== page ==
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Larry McMurtry Defined And Demystified Texas

Author and screenwriter Larry McMurtry, photographed by Bill Wittliff in this undated photo.
Courtesy of The Wittliff Collections, Texas State University
Author and screenwriter Larry McMurtry, photographed by Bill Wittliff in this undated photo.

From Texas Standard:

Larry McMurtry’s clear-eyed, unromantic depictions of contemporary life in Texas dispelled decades of Old West myths, before reimagining the 19th century frontier in his most popular work, “Lonesome Dove.”

A towering figure in Texas literature and highly awarded screenwriter, McMurtry died in his hometown of Archer City at the age of 84.

Some 25 miles south of Wichita Falls, Archer City may not have offered much in the way of excitement to the young author. But with its quintessentially Texas setting provided themes he would repeatedly return to in his work.

McMurtry crisscrossed the state earning his education. He collected an undergraduate degree from Denton’s University of North Texas in 1958, and it was there he met his wife, Jo Ballard Scott. They raised one child, James McMurtry, who went on to become a critically acclaimed singer-songwriter. McMurtry got his master’s from Rice University in Houston in 1960, then earned a writing fellowship at Stanford University.

A year later he published his first novel. “Horseman, Pass By” was published in 1961. Its film adaptation hit theaters two years later, renamed for the book’s title character, “Hud.” It marked the beginning of a long, prosperous relationship with Hollywood, says Texas author Stephen Harrigan.

“Larry McMurtry has a great way with characters – those characters instantly leap off the page,” Harrigan told Texas Standard. “You see them vividly, from the first moment. Also, he’s tremendous with dialogue; it just feels authentic, it feels unexpected, surprising, funny, and that’s just catnip for movie producers. And it’s catnip for readers as well.”

See More: Listen to Texas Standard’s interview with “Big Wonderful Thing” author Stephen Harrigan.

In 1966, McMurtry drew further on his small-town upbringing with “The Last Picture Show,” an coming-of-age story with a fictional Texas town standing in for Archer City.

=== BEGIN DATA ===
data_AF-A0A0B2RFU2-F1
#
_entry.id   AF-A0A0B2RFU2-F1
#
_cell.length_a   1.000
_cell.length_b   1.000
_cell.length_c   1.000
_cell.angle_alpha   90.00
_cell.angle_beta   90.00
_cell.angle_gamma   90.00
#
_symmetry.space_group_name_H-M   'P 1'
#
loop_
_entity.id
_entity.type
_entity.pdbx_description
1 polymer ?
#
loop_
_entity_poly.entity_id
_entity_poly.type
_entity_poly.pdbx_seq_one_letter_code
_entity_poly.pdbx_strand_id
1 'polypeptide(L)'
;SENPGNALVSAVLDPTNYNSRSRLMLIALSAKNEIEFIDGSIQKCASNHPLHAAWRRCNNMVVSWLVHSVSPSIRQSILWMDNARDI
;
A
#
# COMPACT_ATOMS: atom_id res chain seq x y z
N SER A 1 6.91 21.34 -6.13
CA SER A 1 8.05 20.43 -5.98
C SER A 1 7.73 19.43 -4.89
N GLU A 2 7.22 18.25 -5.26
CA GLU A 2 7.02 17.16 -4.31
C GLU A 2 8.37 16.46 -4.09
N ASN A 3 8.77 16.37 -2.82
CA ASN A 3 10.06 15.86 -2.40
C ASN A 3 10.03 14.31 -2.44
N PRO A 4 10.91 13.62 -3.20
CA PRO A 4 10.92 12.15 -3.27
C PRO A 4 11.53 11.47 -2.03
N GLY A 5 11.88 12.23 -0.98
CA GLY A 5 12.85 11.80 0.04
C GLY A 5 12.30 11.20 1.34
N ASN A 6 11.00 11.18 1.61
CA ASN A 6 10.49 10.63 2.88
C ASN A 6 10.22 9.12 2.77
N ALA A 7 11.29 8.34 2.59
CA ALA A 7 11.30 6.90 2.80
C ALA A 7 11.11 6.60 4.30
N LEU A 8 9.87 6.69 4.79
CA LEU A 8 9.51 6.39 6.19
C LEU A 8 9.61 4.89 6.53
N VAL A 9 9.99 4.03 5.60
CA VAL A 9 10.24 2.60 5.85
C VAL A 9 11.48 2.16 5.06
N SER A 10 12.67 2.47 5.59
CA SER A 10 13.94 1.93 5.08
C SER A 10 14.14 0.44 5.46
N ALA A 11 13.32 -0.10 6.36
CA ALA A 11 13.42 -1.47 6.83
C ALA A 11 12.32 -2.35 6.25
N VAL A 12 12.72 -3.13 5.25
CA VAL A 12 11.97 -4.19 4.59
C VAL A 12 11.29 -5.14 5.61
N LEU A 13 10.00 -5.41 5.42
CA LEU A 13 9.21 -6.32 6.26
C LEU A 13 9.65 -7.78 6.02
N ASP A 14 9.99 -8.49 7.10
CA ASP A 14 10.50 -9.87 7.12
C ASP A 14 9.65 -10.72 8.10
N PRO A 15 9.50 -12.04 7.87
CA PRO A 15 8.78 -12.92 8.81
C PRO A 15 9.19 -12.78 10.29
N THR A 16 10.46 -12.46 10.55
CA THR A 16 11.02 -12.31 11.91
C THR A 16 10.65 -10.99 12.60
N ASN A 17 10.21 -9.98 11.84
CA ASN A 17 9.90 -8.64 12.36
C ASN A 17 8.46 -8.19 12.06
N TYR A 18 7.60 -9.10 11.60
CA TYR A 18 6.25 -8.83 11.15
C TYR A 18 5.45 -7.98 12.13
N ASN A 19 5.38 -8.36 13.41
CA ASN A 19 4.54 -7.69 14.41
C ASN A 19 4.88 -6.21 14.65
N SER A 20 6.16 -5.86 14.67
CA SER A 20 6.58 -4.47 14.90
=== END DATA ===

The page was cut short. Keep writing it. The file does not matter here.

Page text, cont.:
In the mid-1960s, McMurtry returned to teach at Rice, and immersed himself in rare book-buying and selling. By the turn of the decade, after his divorce from Scott, he moved to Washington, D.C. where he opened his own bookstore, Booked Up.

But Texas still loomed large in McMurtry’s subsequent work. A trio of novels set in Houston – “Moving On,” “All My Friends are Going to Be Strangers,” and 1975’s “Terms of Endearment” – render a vivid picture of the oil-rich city of the period, Stephen Harrigan noted.

“I know, for myself, when I read those books, when I was a young, wannabe writer, it was so exciting,” he said, “because he was writing about a contemporary Texas that, at that time, I didn’t really realize you could write about. So it was to me, the same as reading ‘The Sun Also Rises,’ or some other electrifying book that taught me you could write about your own experiences or your own territory.”

Despite a voice synonymous with Texas, McMurtry largely worked outside traditional Western tropes. But that changed, in a big way, with the publication of “Lonesome Dove” in 1985.

See More: The Top 12 Quotes From 'Lonesome Dove'

Ostensibly the story of a pair of ex-Texas Rangers leading a cattle drive to Montana, “Lonesome Dove” was also an epic mediation on relationships and regret, filled with McMurtry’s rich but clear-eyed characterizations. It was also a smash, becoming a national bestseller and earned McMurtry the Pulitzer Prize.